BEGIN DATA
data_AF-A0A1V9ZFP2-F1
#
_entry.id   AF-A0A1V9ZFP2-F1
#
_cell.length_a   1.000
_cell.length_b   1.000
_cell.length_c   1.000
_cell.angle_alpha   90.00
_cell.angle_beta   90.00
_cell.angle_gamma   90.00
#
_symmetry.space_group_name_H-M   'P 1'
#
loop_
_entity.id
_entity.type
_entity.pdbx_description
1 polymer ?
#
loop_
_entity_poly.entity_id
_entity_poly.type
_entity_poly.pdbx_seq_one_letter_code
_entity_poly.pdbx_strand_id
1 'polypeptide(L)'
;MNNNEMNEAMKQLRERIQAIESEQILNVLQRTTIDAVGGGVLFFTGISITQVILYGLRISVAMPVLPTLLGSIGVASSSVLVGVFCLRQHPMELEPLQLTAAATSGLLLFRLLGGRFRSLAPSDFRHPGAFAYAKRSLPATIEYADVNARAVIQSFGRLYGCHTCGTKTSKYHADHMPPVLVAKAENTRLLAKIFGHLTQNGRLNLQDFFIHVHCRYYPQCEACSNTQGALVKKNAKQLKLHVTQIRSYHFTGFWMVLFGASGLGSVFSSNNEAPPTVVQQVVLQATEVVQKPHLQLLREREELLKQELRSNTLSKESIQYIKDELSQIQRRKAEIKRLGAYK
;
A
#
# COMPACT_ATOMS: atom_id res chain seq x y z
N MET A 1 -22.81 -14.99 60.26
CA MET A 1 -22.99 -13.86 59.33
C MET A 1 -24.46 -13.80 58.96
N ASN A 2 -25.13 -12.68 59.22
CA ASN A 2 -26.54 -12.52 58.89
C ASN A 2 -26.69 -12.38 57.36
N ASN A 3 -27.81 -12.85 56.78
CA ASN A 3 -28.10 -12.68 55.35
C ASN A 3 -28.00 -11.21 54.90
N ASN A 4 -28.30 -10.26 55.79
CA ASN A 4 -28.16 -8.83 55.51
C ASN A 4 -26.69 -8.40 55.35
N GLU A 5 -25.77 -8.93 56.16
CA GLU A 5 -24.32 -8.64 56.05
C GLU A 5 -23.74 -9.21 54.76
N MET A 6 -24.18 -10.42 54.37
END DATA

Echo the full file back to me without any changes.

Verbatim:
data_AF-A0A1V9ZFP2-F1
#
_entry.id   AF-A0A1V9ZFP2-F1
#
_cell.length_a   1.000
_cell.length_b   1.000
_cell.length_c   1.000
_cell.angle_alpha   90.00
_cell.angle_beta   90.00
_cell.angle_gamma   90.00
#
_symmetry.space_group_name_H-M   'P 1'
#
loop_
_entity.id
_entity.type
_entity.pdbx_description
1 polymer ?
#
loop_
_entity_poly.entity_id
_entity_poly.type
_entity_poly.pdbx_seq_one_letter_code
_entity_poly.pdbx_strand_id
1 'polypeptide(L)'
;MNNNEMNEAMKQLRERIQAIESEQILNVLQRTTIDAVGGGVLFFTGISITQVILYGLRISVAMPVLPTLLGSIGVASSSVLVGVFCLRQHPMELEPLQLTAAATSGLLLFRLLGGRFRSLAPSDFRHPGAFAYAKRSLPATIEYADVNARAVIQSFGRLYGCHTCGTKTSKYHADHMPPVLVAKAENTRLLAKIFGHLTQNGRLNLQDFFIHVHCRYYPQCEACSNTQGALVKKNAKQLKLHVTQIRSYHFTGFWMVLFGASGLGSVFSSNNEAPPTVVQQVVLQATEVVQKPHLQLLREREELLKQELRSNTLSKESIQYIKDELSQIQRRKAEIKRLGAYK
;
A
#
# COMPACT_ATOMS: atom_id res chain seq x y z
N MET A 1 -22.81 -14.99 60.26
CA MET A 1 -22.99 -13.86 59.33
C MET A 1 -24.46 -13.80 58.96
N ASN A 2 -25.13 -12.68 59.22
CA ASN A 2 -26.54 -12.52 58.89
C ASN A 2 -26.69 -12.38 57.36
N ASN A 3 -27.81 -12.85 56.78
CA ASN A 3 -28.10 -12.68 55.35
C ASN A 3 -28.00 -11.21 54.90
N ASN A 4 -28.30 -10.26 55.79
CA ASN A 4 -28.16 -8.83 55.51
C ASN A 4 -26.69 -8.40 55.35
N GLU A 5 -25.77 -8.93 56.16
CA GLU A 5 -24.32 -8.64 56.05
C GLU A 5 -23.74 -9.21 54.76
N MET A 6 -24.18 -10.42 54.37